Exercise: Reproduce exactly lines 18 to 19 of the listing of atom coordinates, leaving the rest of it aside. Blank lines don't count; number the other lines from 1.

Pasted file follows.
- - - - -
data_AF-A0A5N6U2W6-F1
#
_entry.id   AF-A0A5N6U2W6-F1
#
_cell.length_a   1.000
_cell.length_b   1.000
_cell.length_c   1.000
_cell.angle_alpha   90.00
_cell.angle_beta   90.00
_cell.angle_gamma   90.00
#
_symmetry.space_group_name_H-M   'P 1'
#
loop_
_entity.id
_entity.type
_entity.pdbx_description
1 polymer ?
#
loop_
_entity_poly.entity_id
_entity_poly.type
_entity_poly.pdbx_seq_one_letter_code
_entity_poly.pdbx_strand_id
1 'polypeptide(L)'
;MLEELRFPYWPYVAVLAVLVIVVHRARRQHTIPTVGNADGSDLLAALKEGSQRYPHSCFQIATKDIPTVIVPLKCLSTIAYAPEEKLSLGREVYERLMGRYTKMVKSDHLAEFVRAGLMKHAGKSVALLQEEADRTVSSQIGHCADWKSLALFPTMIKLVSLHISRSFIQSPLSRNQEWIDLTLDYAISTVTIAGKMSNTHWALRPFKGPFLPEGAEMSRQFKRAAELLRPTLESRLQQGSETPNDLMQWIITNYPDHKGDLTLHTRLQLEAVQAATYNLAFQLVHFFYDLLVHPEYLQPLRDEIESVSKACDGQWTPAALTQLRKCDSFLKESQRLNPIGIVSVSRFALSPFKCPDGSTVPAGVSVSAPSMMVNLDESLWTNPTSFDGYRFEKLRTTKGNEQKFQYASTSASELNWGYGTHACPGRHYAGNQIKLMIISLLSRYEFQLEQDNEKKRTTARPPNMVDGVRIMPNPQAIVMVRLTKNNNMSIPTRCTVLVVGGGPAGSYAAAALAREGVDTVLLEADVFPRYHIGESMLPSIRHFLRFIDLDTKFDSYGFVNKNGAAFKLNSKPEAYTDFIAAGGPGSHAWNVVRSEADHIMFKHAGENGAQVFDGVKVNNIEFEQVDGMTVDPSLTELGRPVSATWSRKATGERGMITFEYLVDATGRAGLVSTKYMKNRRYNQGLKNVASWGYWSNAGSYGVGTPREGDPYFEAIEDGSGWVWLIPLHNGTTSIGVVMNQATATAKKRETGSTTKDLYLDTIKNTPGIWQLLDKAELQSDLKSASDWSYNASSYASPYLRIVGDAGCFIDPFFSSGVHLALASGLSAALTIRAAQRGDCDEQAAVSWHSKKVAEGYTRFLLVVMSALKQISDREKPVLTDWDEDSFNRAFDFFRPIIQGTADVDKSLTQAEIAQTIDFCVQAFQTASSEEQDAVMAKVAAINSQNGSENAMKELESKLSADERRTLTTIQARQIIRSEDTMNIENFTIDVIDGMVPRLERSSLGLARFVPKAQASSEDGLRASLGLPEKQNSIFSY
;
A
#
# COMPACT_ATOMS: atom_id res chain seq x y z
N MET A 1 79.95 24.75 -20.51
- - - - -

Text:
1 polymer ?
#